Andrew Apter is Professor of History and Anthropology at UCLA, where he co-founded the
Atlantic History Colloquium. His books include Black Critics and Kings: The Hermeneutics of
Power in Yoruba Society (1992); The Pan-African Nation: Oil and the Spectacle of Culture in
Nigeria (2005) which focuses on Festac ’77 and received the 2007 Amaury Talbot Prize awarded
by the Royal Anthropological Institute; Beyond Words: Discourse and Critical Agency in Africa
(2007), and Oduduwa’s Chain: Locations of Culture in the Yoruba Atlantic (2018), all with the
University of Chicago Press.

He also co-edited Activating the Past: History and Memory in the
Black Atlantic World (2010) with Lauren Derby. He is currently working on Atlantic Slavery and
the Spirits of Capitalism, exploring how Atlantic slavery and its fetishized forms of human
commodification remain deeply buried within the core of racial capitalism.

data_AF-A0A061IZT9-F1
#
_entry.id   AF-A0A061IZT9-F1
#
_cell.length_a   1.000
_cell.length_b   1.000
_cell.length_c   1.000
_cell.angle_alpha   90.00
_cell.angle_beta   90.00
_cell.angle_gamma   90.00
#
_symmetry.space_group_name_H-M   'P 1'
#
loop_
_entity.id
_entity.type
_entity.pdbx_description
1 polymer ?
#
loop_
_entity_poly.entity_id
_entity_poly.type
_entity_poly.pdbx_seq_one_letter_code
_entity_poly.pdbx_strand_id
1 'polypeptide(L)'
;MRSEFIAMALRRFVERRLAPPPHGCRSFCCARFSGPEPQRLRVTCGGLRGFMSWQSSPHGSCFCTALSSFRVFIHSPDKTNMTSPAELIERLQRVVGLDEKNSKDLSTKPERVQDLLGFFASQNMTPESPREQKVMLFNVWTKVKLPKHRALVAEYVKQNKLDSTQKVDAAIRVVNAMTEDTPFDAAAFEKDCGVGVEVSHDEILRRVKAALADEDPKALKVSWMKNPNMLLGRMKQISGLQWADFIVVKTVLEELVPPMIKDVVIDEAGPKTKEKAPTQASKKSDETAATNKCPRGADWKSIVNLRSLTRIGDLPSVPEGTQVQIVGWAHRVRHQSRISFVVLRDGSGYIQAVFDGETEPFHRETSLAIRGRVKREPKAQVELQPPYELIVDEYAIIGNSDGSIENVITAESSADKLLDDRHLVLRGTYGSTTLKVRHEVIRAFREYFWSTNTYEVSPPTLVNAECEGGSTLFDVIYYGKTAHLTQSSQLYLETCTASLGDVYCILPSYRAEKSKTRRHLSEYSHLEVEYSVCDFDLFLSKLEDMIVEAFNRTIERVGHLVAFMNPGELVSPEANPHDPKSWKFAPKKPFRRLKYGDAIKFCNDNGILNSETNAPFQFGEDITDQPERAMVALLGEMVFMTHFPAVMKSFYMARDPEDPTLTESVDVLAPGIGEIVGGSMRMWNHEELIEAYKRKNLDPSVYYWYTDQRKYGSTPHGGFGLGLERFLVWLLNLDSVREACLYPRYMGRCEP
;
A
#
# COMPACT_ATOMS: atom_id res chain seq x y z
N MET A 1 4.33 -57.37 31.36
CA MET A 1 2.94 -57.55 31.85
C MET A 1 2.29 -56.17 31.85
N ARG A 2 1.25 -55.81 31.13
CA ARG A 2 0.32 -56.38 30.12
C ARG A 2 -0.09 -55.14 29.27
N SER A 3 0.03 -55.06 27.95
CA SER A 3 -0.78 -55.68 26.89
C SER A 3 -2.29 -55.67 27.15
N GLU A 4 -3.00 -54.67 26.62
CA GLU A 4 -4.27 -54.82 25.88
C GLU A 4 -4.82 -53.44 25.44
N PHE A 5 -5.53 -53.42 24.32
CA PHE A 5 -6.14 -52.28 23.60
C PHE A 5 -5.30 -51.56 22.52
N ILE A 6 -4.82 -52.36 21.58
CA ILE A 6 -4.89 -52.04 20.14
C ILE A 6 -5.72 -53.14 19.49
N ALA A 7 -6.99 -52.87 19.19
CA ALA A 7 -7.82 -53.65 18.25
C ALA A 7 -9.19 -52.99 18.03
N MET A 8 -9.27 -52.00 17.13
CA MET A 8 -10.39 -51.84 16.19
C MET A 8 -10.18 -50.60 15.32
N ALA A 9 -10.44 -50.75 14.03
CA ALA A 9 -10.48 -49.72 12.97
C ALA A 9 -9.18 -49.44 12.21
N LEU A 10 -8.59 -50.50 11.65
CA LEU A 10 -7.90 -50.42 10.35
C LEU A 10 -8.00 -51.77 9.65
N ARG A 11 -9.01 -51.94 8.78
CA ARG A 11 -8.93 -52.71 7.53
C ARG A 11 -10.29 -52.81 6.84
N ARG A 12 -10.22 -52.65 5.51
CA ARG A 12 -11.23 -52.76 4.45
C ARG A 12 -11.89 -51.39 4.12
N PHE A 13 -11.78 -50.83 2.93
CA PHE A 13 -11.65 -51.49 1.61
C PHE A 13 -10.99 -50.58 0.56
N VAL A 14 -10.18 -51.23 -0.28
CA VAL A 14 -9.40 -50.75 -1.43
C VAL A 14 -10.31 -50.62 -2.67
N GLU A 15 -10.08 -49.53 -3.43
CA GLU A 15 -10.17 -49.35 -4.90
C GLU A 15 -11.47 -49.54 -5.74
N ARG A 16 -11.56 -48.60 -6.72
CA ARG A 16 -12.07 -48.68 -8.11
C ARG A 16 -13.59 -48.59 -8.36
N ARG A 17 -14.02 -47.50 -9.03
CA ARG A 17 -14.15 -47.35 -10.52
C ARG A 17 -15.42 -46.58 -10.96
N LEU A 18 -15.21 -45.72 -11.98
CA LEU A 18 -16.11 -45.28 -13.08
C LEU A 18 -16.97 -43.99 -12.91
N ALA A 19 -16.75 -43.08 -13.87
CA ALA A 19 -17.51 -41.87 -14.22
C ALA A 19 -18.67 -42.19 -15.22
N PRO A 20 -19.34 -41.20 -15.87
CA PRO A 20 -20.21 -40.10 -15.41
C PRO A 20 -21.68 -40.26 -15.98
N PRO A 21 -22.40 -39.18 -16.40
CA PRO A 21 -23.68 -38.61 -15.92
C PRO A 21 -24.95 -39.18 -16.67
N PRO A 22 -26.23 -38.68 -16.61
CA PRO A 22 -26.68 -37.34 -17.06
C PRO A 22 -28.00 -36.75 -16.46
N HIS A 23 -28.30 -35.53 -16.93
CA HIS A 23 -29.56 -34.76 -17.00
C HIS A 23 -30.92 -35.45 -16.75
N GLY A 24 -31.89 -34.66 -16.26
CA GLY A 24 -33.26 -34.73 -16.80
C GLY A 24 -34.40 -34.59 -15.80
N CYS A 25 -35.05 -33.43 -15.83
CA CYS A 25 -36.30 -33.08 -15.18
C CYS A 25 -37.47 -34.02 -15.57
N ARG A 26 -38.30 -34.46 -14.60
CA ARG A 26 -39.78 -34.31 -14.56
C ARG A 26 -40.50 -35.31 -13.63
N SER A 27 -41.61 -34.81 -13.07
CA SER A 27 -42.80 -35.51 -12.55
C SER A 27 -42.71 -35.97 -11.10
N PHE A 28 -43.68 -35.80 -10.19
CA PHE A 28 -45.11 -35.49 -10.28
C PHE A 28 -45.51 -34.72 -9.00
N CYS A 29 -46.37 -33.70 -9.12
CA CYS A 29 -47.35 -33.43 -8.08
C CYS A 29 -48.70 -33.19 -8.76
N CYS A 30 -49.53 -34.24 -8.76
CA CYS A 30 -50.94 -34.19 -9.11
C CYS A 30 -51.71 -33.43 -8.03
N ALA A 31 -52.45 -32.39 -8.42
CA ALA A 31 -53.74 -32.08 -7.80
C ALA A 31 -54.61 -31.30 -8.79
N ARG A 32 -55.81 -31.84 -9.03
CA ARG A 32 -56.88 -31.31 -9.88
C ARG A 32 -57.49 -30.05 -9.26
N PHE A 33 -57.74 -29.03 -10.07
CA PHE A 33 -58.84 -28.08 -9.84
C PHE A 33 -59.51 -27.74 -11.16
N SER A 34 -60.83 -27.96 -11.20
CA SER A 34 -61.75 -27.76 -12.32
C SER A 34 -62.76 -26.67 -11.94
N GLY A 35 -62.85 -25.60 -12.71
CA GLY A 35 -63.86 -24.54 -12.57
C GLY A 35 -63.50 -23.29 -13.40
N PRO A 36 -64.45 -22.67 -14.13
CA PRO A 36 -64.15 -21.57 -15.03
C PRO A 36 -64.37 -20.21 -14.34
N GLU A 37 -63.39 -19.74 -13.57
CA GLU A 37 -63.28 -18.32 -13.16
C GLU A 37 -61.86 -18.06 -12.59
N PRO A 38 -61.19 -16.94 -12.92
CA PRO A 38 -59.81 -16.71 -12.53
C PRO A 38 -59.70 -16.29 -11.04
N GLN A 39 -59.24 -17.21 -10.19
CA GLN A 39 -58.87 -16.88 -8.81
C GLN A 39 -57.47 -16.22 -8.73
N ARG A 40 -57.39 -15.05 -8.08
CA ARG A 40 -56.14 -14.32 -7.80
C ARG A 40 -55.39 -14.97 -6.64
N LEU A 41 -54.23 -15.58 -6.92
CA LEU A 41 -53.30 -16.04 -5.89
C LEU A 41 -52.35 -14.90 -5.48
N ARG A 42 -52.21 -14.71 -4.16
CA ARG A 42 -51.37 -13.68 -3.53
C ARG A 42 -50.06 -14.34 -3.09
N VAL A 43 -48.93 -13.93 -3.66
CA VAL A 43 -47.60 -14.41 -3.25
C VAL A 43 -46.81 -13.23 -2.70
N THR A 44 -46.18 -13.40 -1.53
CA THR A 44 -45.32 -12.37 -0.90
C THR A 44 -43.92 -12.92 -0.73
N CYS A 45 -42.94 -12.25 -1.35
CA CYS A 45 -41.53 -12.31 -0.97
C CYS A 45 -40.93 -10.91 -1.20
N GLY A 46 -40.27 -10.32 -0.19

Apter received one BA in philosophy (Yale, ‘78) and another in social anthropology
(Cambridge University, ‘80) before completing his PhD in anthropology (Yale, ‘87). He taught
at Columbia University (1987-89) and the University of Chicago (1989-2003) before shifting to
UCLA. He has held visiting appointments at the University of Lagos; the École des Hautes
Études en Sciences Sociales; St. Antony's College, Oxford University; and the University of
Utrecht. He has conducted fieldwork in Nigeria, Ghana, Cuba, the Dominican Republic, and
among Congolese refugees in Zambia.

The Pan-African Nation: Oil and the Spectacle of Culture in Nigeria (2005) 

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